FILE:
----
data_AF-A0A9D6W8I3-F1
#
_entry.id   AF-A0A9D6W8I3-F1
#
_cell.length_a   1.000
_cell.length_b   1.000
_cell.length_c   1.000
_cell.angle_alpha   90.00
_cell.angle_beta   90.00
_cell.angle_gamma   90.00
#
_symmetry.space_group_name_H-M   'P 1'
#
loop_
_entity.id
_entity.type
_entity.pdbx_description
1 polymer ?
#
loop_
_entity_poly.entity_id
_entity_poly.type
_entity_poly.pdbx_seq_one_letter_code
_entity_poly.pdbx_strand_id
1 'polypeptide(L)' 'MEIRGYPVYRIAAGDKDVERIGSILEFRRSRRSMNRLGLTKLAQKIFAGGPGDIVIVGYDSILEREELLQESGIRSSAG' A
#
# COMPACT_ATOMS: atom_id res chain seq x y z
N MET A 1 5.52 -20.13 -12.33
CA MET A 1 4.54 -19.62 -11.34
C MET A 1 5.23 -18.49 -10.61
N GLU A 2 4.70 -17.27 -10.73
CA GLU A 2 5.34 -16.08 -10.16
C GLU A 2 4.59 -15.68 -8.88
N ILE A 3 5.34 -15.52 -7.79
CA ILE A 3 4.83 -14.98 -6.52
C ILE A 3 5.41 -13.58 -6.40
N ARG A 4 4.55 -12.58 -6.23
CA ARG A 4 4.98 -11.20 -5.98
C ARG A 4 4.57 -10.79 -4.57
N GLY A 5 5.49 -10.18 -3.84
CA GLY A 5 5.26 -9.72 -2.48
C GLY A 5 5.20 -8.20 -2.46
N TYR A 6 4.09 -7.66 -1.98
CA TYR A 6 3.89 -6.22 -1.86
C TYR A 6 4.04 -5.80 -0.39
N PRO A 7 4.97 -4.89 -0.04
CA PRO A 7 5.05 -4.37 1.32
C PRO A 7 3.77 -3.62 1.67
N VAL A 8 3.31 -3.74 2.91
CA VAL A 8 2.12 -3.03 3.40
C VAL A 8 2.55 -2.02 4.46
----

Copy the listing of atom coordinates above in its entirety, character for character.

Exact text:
data_AF-A0A9D6W8I3-F1
#
_entry.id   AF-A0A9D6W8I3-F1
#
_cell.length_a   1.000
_cell.length_b   1.000
_cell.length_c   1.000
_cell.angle_alpha   90.00
_cell.angle_beta   90.00
_cell.angle_gamma   90.00
#
_symmetry.space_group_name_H-M   'P 1'
#
loop_
_entity.id
_entity.type
_entity.pdbx_description
1 polymer ?
#
loop_
_entity_poly.entity_id
_entity_poly.type
_entity_poly.pdbx_seq_one_letter_code
_entity_poly.pdbx_strand_id
1 'polypeptide(L)' 'MEIRGYPVYRIAAGDKDVERIGSILEFRRSRRSMNRLGLTKLAQKIFAGGPGDIVIVGYDSILEREELLQESGIRSSAG' A
#
# COMPACT_ATOMS: atom_id res chain seq x y z
N MET A 1 5.52 -20.13 -12.33
CA MET A 1 4.54 -19.62 -11.34
C MET A 1 5.23 -18.49 -10.61
N GLU A 2 4.70 -17.27 -10.73
CA GLU A 2 5.34 -16.08 -10.16
C GLU A 2 4.59 -15.68 -8.88
N ILE A 3 5.34 -15.52 -7.79
CA ILE A 3 4.83 -14.98 -6.52
C ILE A 3 5.41 -13.58 -6.40
N ARG A 4 4.55 -12.58 -6.23
CA ARG A 4 4.98 -11.20 -5.98
C ARG A 4 4.57 -10.79 -4.57
N GLY A 5 5.49 -10.18 -3.84
CA GLY A 5 5.26 -9.72 -2.48
C GLY A 5 5.20 -8.20 -2.46
N TYR A 6 4.09 -7.66 -1.98
CA TYR A 6 3.89 -6.22 -1.86
C TYR A 6 4.04 -5.80 -0.39
N PRO A 7 4.97 -4.89 -0.04
CA PRO A 7 5.05 -4.37 1.32
C PRO A 7 3.77 -3.62 1.67
N VAL A 8 3.31 -3.74 2.91
CA VAL A 8 2.12 -3.03 3.40
C VAL A 8 2.55 -2.02 4.46